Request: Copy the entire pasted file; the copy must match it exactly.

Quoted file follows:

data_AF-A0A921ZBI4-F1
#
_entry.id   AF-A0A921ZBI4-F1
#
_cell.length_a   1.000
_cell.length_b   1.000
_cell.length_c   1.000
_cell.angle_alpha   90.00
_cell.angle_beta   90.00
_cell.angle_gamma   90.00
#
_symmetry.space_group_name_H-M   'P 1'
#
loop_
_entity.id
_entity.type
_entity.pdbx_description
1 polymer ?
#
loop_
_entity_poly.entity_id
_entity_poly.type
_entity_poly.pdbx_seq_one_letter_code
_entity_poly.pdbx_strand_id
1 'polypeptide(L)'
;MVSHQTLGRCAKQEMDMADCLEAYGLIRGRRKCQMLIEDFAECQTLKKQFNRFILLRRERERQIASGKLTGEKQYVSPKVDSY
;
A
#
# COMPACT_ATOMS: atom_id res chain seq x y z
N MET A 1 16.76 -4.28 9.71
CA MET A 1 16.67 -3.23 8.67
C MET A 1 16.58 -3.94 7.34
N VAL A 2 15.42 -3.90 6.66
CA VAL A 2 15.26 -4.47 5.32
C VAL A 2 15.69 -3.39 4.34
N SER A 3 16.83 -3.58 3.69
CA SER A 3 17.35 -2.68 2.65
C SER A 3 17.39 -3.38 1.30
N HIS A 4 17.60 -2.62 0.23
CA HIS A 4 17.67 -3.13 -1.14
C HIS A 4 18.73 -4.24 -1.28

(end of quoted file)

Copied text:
data_AF-A0A921ZBI4-F1
#
_entry.id   AF-A0A921ZBI4-F1
#
_cell.length_a   1.000
_cell.length_b   1.000
_cell.length_c   1.000
_cell.angle_alpha   90.00
_cell.angle_beta   90.00
_cell.angle_gamma   90.00
#
_symmetry.space_group_name_H-M   'P 1'
#
loop_
_entity.id
_entity.type
_entity.pdbx_description
1 polymer ?
#
loop_
_entity_poly.entity_id
_entity_poly.type
_entity_poly.pdbx_seq_one_letter_code
_entity_poly.pdbx_strand_id
1 'polypeptide(L)'
;MVSHQTLGRCAKQEMDMADCLEAYGLIRGRRKCQMLIEDFAECQTLKKQFNRFILLRRERERQIASGKLTGEKQYVSPKVDSY
;
A
#
# COMPACT_ATOMS: atom_id res chain seq x y z
N MET A 1 16.76 -4.28 9.71
CA MET A 1 16.67 -3.23 8.67
C MET A 1 16.58 -3.94 7.34
N VAL A 2 15.42 -3.90 6.66
CA VAL A 2 15.26 -4.47 5.32
C VAL A 2 15.69 -3.39 4.34
N SER A 3 16.83 -3.58 3.69
CA SER A 3 17.35 -2.68 2.65
C SER A 3 17.39 -3.38 1.30
N HIS A 4 17.60 -2.62 0.23
CA HIS A 4 17.67 -3.13 -1.14
C HIS A 4 18.73 -4.24 -1.28